A student’s cumulative education record contains directory information, scholastic information, standardized test data, health records, and other similar information. Individual student records are not available for public inspection; however, the Family Educational Rights and Privacy Act (FERPA) affords parents and students over 18 years of age (“eligible students”) certain rights with respect to the student’s education records:
- 1. To inspect and review the student’s education records within 45 days of receipt of written request for access
Parents or eligible students should write to the school principal identifying the record(s) that they wish to inspect. The principal will make arrangements for access and notify the parent or eligible student of the time and place where the records may be inspected.
- 2. To request the amendment of the student’s education records that the parent or eligible student believes to be inaccurate or misleading (FERPA provisions do not apply to grades and educational decisions made by school personnel)
Parents or eligible students may ask to amend a record that they believe is inaccurate or misleading. They should write the school principal and clear identify the part of the record they want changed and specify why it is inaccurate or misleading.
If the district decides not to amend the record as requested by the parent or eligible student, the administration will notify the parent or eligible student of the decision and of the right to a hearing regarding the request for amendment. With this notification, t he district will provide additional information regarding hearing procedures.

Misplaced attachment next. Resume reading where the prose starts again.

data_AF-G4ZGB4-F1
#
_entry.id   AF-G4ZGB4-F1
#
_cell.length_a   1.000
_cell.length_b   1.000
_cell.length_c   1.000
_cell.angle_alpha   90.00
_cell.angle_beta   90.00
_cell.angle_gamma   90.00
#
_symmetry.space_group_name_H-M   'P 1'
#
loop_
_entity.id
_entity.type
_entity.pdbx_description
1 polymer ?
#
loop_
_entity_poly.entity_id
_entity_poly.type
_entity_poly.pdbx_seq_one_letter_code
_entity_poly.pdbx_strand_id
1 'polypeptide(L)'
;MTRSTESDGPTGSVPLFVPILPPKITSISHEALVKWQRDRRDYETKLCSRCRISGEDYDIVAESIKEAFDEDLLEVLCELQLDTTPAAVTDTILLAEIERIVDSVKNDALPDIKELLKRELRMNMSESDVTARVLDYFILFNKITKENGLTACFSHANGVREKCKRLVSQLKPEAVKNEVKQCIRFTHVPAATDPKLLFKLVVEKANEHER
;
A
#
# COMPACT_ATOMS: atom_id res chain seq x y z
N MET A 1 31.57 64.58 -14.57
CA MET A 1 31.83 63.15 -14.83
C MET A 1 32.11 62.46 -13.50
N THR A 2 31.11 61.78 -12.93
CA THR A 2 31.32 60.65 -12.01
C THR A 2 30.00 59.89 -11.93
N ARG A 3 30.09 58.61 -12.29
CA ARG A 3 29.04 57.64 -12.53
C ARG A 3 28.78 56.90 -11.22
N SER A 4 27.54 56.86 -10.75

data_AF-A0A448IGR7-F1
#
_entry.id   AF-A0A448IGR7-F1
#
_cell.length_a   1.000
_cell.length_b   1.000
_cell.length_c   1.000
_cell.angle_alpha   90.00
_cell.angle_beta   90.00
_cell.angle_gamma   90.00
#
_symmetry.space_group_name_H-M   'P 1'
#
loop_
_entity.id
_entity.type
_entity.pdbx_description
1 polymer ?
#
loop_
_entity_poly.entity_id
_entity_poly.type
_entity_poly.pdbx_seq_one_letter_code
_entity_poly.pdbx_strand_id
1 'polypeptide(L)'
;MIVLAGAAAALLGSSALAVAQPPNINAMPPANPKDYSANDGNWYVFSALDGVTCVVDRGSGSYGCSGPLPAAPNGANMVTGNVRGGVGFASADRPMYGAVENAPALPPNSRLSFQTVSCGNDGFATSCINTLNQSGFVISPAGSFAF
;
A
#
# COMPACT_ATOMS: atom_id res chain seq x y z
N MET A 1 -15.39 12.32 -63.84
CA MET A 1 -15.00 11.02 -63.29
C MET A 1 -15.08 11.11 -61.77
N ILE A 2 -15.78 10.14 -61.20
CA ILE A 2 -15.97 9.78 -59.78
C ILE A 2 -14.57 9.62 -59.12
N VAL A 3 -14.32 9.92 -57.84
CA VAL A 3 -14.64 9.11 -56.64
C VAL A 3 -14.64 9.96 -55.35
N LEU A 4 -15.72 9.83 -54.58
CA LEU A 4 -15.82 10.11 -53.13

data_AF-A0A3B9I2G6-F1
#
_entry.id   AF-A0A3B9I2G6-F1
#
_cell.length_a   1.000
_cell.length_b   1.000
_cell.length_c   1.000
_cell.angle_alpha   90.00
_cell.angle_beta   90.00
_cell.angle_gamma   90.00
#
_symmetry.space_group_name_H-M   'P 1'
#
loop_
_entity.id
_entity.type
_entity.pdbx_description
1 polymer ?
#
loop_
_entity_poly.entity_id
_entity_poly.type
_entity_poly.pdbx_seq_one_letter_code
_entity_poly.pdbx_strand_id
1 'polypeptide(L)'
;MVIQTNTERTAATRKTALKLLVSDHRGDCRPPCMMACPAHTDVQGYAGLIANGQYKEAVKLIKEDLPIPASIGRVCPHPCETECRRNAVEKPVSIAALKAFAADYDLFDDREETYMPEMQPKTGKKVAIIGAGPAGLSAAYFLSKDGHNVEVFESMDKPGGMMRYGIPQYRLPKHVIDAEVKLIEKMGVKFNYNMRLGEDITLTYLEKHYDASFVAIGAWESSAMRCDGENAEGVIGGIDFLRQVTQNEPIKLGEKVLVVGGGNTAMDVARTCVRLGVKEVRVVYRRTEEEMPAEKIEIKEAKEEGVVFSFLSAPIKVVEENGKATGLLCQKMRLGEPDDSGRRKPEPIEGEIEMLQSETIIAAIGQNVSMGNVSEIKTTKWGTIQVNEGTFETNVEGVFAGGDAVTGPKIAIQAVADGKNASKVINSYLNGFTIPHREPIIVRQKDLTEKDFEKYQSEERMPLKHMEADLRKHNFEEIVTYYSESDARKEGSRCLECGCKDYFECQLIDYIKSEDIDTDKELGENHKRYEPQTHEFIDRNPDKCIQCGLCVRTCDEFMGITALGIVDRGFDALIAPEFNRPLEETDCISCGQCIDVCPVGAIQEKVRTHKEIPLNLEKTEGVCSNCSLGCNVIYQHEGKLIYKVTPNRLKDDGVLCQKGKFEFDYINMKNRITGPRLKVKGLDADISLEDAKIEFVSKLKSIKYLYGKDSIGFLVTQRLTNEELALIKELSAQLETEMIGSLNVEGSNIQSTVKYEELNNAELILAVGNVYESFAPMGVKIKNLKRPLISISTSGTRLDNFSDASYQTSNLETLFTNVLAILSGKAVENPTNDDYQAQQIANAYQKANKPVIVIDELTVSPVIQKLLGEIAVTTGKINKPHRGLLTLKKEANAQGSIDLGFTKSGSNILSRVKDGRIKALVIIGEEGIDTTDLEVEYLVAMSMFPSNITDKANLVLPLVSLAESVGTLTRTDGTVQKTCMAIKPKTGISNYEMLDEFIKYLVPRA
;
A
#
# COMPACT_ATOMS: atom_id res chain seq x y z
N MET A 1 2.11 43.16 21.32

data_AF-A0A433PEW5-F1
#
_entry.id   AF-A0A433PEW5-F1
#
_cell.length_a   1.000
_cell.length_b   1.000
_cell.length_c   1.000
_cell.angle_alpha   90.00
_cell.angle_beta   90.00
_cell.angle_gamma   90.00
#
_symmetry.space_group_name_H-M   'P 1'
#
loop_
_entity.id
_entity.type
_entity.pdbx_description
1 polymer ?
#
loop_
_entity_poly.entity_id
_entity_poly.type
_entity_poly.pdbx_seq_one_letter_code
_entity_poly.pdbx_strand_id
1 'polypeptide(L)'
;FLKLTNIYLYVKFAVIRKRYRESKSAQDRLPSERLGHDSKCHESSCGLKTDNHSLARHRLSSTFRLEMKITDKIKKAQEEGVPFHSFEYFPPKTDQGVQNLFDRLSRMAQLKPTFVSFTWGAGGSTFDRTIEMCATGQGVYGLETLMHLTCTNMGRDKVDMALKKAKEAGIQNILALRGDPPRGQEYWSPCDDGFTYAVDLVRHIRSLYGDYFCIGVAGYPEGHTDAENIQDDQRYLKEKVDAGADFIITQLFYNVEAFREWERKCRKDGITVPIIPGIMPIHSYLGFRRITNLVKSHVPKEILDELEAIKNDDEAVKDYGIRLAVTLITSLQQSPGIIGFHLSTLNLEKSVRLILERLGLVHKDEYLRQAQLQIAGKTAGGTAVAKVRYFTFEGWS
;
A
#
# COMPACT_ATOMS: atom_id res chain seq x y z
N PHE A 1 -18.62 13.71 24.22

- 3. To consent to disclosures of personally identifiable information contained in the student’s records, except to the extent that FERPA authorizes disclosure without consent
One exception that permits disclosure without consent is disclosure to school officials with legitimate educational interests. A school official is a person employed by the district as an administrator, supervisor, instructor, or support staff member (including health or medical staff and law enforcement personnel); a person serving on the school board; a person/company with whom the district has contracted to perform a special task (such as an attorney, auditor, medical consultant or therapist); or a parent or student serving on an official committee (such as disciplinary or grievance committee) or assisting a school official in performing his or her tasks. A school official has a legitimate educational interest if the official needs to review an education record in order to fulfill his or her professional responsibility. Upon request and without consent, the district discloses education records to officials of another school district in which a student seeks or intends to enroll.
- 4. To file a complaint with the US Department of Education concerning alleged failures by the district to comply with the requirements of FERPA
Contact information for the office that administers FERPA is:
Family Policy Compliance Office
US Department of Education
400 Maryland Avenue, SW
Washington, DC 20202-4605